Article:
Click Continue, and First Aid will perform the verification and repairs. Clicking the “Show Details” toggle during the First Aid run displays exactly what is going on behind the scenes and can also offer information on any repairs that are being made (see screenshot below).

Click "Show Details" to see what is going on while running First Aid
(Click “Show Details” to see what is going on while running First Aid.)

Another Way to Check SMART
If you love poking around your Mac with Terminal, you can also try the following command line instruction:

diskutil info disk0|grep SMART

That’s disk “zero”, not disko! Other internal drives can also be checked from the command line by changing the disk number to 1, 2, etc…

Steve Sande
the authorSteve Sande
Contributing Author
Steve has been writing about Apple products since 1986, starting on a bulletin board system, creating the first of his many Apple-related websites in 1994, joining the staff of The Unofficial Apple Weblog in 2008, and founding Apple World Today in 2015. He’s semi-retired, loves to camp and take photos, and is an FAA-licensed drone pilot.
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  • Storage drives have their own life span. They fail, and their failure comes without any warning. I routinely check my Mac storage drive with its ingrained self-monitoring analysis & reporting technology (SMART), whose basic information I accessed through MacOS Disk Utility.
    I remember when my drive was getting slow, and the disk utility did not warn me against any imminent danger about the drive’s health. Even the SMART information fetched by Disk Utility is not comprehensive. But I had the option to check the status also. Stellar Data Recovery Premium for Mac. It has the drive monitor option which shows me the temperature, disk health, bad sector and so on. But no doubt you describe the very well and all the aspect are very clear. I come to know more in detail. I appreciate this.

  • I have had a few drives on multiple machines fail over time. As much as I use DiskUtility for formatting and other tasks, I’ve found it thoroughly worthless in repairing damaged HDDs. On the other hand, DiskWarrior has saved my life more times than I can remember. It’s extremely powerful in rebuilding the directory structure and will resurrect a disk that DU can’t. I do multiple regular backups (plus TimeMachine) “just incase” but I swear by DiskWarrior. If DiskWarrior can’t repair the drive, the only solution is either a backup or DriveSavers, which I can’t afford and have never needed to use.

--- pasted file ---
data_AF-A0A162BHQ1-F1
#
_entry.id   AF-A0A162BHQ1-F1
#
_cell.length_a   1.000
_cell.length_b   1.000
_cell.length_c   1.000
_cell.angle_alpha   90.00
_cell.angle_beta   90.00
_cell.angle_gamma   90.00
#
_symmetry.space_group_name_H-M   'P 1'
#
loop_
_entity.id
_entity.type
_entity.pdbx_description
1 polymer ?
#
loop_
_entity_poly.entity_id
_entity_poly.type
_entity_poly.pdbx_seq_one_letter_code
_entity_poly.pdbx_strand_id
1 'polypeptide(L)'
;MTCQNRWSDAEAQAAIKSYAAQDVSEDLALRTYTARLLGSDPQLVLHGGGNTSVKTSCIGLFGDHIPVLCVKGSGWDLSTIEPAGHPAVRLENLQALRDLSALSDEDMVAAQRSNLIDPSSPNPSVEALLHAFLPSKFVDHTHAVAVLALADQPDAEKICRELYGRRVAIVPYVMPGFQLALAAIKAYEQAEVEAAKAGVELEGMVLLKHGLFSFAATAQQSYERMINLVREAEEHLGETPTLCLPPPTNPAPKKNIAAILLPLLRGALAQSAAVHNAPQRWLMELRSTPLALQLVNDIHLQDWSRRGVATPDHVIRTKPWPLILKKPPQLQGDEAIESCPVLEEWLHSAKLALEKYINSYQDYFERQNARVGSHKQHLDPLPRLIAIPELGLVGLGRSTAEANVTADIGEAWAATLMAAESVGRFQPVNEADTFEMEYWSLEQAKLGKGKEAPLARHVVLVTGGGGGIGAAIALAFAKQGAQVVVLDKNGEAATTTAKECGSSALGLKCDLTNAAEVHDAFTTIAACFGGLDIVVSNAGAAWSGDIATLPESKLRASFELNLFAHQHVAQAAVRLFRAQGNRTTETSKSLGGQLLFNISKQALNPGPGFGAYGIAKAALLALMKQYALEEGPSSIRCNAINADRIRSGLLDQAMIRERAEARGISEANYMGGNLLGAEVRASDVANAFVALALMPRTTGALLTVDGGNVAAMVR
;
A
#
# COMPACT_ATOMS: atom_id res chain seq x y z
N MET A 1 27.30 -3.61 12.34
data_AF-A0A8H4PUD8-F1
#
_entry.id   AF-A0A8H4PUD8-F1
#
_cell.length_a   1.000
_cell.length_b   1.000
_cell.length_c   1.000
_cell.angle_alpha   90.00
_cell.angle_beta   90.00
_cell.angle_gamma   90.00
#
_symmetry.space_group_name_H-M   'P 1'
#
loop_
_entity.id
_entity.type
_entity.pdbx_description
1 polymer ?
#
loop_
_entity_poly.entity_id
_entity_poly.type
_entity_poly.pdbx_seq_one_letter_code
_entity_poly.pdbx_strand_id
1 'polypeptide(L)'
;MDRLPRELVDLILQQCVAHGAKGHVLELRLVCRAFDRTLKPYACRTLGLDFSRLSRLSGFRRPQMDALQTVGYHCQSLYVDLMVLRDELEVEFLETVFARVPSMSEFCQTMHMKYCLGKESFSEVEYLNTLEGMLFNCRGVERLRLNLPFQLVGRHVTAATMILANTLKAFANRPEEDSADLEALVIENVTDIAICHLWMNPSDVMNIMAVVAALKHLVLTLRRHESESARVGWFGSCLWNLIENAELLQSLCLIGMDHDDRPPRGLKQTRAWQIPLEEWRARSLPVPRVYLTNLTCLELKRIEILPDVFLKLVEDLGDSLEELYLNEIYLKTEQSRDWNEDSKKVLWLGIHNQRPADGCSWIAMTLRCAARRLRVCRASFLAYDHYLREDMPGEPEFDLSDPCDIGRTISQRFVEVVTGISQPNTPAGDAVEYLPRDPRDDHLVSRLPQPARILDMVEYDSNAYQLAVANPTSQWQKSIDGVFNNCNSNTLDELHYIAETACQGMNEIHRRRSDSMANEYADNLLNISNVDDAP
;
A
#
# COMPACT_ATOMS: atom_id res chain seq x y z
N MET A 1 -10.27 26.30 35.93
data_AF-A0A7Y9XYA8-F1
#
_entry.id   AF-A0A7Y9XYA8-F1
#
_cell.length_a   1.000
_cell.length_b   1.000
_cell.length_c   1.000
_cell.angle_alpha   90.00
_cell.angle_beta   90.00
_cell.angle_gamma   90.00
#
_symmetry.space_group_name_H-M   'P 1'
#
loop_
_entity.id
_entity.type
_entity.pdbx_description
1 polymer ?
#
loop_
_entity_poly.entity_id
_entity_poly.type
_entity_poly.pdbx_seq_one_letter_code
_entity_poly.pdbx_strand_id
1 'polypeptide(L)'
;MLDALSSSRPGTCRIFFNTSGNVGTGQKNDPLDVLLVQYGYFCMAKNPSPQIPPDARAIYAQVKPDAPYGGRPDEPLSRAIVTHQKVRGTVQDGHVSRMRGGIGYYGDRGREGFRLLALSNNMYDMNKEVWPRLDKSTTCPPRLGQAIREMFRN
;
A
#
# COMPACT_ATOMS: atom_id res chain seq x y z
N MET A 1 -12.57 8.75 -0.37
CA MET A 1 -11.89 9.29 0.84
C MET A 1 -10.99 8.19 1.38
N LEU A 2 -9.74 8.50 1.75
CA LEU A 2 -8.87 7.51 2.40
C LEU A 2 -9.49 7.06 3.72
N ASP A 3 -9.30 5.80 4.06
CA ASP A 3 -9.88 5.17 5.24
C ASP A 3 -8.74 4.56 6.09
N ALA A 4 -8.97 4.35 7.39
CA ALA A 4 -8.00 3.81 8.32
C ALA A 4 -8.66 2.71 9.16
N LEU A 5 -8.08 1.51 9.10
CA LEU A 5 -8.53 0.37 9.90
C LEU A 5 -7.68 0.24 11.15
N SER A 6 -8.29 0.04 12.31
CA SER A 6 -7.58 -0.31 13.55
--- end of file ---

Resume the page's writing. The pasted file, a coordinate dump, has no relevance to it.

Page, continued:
• S.M.A.R.T. in Disk Utility shows as “Not supported.” What do I do about that?

  • I’m rather fond of an app called SMARTReporter, which can send e-mail to multiple addresses in case of various issues, e.g., I/O errors, SMART issues or even running out of disk space.

  • OWC just “recycled this article in their weekly newsletter. They still fail to mention Apple does NOT support SMART on newer SSD’s

  • I have a Mac mini (late 2014) with a 1TB Fusion Drive. Unlike your graphic above, its S.M.A.R.T. status shows as “not supported”. Anything I can do to fix this?

  • I have a failing HDD portion of a Fusion drive (256GB SSD / 4 TB HDD) on a 10,3 Mac Pro running 10.3.6. A new HDD is ordered and is being shipped. Can I just swap out the old drive and run Time Machine to recreate the Fusion drive or will there be something more involved? It was a bit involved creating the Fusion drive at the start.

    • Sorry, running 10.13.6. By the way, About This Mac -> System Report -> Storage will provide details on each drive including the S.M.A.R.T. Status.

  • What if you select a drive and the SMART Status is “Not Supported”? This is an external drive. DriveDx can see the SMART status, so what gives?

  • What happened to the Smart Alec app you were working on for USB drives? The beta was great.